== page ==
In 1884, a toast to the new female students at Dickinson College was published in the Dickinsonian. The toast read, "The Ladies of Dickinson! May they add learning to beauty, and beauty to learning, subtract from the age of wisdom, multiply cheerfulness, divide time by industry and recreation, reduce idleness to its lowest denomination, and raise scholarship to its highest power!"
In October of 1884, The Dickinsonian published their first issue following the institution of coeducation. The "Locals" section includes an instance in which a professor forgot that he had female students in his class. The excerpt reads, "Prof. R.-- 'Now gentlemen--Oh! I beg your pardon, Miss Longsdorff.'" Zatae Longsdorff, the female student mentioned in this peice, was the first woman to graduate from Dickinson College.
In the October 1884 edition of the Dickinsonian, the staff of the paper addressed the resentment many male students felt toward the new female students. The author explained that "the impression seems to prevail that there will be too much "Co" and not enough "education." However, the article further explained, many of the male students admited that they realized that going coed was the "right thing to do."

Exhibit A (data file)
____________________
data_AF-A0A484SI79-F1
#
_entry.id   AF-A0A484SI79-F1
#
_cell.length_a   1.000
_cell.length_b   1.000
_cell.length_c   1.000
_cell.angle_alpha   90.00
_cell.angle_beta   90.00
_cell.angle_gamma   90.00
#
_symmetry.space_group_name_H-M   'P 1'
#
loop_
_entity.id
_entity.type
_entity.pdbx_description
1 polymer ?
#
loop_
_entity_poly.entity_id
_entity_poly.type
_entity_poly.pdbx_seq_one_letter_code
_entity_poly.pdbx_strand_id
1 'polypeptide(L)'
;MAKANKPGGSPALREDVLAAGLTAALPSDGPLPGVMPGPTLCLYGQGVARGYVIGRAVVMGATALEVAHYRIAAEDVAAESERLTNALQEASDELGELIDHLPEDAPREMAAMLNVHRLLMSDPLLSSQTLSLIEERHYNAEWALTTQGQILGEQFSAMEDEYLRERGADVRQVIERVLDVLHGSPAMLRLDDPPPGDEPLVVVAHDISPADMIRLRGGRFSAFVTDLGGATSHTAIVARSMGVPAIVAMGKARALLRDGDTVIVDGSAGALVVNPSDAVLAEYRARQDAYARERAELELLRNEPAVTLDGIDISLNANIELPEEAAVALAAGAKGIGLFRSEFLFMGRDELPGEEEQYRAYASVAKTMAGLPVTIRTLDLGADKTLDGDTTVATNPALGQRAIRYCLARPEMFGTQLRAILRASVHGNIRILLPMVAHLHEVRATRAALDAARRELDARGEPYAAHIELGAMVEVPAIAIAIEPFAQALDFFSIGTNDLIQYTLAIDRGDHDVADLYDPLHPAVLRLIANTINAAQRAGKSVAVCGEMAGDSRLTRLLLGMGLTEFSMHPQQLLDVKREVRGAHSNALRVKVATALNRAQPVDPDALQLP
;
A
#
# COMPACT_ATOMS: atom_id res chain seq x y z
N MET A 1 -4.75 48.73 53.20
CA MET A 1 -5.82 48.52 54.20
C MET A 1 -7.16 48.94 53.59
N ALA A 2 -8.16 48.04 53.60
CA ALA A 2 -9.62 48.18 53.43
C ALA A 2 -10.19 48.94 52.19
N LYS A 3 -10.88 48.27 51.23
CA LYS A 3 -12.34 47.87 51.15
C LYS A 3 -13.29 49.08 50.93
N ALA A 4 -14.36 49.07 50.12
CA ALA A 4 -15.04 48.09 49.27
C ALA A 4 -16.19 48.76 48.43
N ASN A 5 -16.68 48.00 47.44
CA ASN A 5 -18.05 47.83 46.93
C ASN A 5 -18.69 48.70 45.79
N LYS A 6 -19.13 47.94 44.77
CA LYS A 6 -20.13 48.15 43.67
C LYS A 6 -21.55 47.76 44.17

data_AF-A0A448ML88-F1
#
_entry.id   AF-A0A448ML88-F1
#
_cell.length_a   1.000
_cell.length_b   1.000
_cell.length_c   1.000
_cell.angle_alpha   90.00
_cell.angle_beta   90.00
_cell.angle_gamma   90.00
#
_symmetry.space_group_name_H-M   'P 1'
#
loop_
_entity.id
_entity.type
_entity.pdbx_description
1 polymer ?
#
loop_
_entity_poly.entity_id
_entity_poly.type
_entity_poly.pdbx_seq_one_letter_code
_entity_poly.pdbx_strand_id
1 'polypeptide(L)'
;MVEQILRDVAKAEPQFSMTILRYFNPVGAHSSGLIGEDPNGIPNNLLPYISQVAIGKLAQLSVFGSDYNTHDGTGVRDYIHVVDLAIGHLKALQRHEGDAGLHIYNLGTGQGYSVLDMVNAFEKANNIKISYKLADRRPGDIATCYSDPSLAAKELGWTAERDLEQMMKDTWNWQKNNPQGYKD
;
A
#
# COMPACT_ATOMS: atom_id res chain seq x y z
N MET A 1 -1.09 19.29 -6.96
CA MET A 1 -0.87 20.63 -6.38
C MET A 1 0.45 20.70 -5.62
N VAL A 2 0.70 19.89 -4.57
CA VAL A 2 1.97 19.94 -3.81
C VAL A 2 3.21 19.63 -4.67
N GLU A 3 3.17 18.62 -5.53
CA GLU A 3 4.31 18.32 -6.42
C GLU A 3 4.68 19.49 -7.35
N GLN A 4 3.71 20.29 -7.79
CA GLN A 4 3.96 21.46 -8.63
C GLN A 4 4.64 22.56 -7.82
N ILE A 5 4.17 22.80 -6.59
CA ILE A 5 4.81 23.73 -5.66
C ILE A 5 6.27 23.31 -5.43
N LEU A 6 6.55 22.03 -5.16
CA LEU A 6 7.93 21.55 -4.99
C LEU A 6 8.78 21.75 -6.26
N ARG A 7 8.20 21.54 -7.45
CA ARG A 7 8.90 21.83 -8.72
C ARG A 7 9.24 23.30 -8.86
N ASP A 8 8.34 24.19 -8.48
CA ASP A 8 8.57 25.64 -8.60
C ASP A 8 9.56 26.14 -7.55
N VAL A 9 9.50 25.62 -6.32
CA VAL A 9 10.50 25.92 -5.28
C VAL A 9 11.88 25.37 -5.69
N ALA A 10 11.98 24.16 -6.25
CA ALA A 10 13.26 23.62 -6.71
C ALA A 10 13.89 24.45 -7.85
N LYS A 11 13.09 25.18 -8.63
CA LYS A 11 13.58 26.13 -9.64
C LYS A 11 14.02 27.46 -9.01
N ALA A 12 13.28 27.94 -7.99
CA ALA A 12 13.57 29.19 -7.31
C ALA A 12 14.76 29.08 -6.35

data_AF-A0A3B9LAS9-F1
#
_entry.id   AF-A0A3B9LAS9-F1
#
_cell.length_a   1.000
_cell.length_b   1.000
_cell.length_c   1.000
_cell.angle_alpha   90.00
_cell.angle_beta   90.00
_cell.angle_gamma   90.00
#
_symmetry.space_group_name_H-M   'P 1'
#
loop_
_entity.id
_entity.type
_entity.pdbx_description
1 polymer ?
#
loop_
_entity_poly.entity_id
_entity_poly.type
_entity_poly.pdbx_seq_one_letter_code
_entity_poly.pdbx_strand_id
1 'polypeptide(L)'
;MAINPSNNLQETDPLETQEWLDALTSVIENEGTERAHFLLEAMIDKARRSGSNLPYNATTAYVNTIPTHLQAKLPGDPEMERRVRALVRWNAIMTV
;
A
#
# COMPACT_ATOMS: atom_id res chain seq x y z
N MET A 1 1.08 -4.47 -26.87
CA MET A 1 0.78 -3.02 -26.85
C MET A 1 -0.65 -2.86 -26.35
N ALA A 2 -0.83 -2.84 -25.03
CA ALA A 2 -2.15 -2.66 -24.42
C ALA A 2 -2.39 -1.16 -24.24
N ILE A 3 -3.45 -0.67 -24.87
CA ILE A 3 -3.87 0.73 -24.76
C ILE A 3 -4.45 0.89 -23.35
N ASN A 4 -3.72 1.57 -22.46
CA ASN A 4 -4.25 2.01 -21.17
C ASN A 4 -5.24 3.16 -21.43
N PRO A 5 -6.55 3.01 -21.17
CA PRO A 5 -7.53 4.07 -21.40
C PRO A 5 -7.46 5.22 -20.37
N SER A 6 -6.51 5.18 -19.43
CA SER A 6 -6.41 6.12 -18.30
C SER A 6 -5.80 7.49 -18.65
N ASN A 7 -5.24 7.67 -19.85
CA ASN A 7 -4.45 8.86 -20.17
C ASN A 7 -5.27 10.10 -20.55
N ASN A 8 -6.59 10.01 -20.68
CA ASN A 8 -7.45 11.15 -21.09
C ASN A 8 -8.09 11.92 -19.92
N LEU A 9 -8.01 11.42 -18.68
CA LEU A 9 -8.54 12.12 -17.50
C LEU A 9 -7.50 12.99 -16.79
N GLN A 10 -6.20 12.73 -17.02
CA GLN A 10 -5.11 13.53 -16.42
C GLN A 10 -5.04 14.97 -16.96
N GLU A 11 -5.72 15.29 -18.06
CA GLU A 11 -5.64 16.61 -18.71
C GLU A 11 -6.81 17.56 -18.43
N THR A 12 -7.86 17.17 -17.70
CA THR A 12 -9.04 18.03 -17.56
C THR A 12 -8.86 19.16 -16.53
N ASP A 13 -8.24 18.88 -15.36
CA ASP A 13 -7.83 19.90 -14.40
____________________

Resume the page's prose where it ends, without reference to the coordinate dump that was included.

The first mention of coeducation in the Dickinsonian appeared in October of 1884. The male editors of the Dickinsonian advised male faculty to not, "show any partiality to the co-eds. (Co-eds. in the parlance of to-day means girls) After-recitation communications cannot be tolerated. Private instructions to a co-ed are only justifiable where the subject is particularly hard to grasp."
Drayer Hall was the first residence hall in Dickinsonâ€™s history built by the college solely for women. This photo depicts three women studying in a Drayer Hall dorm room, c. 1950. The names of the women are not known. If you recognize someone in the photo, feel free to post the information below.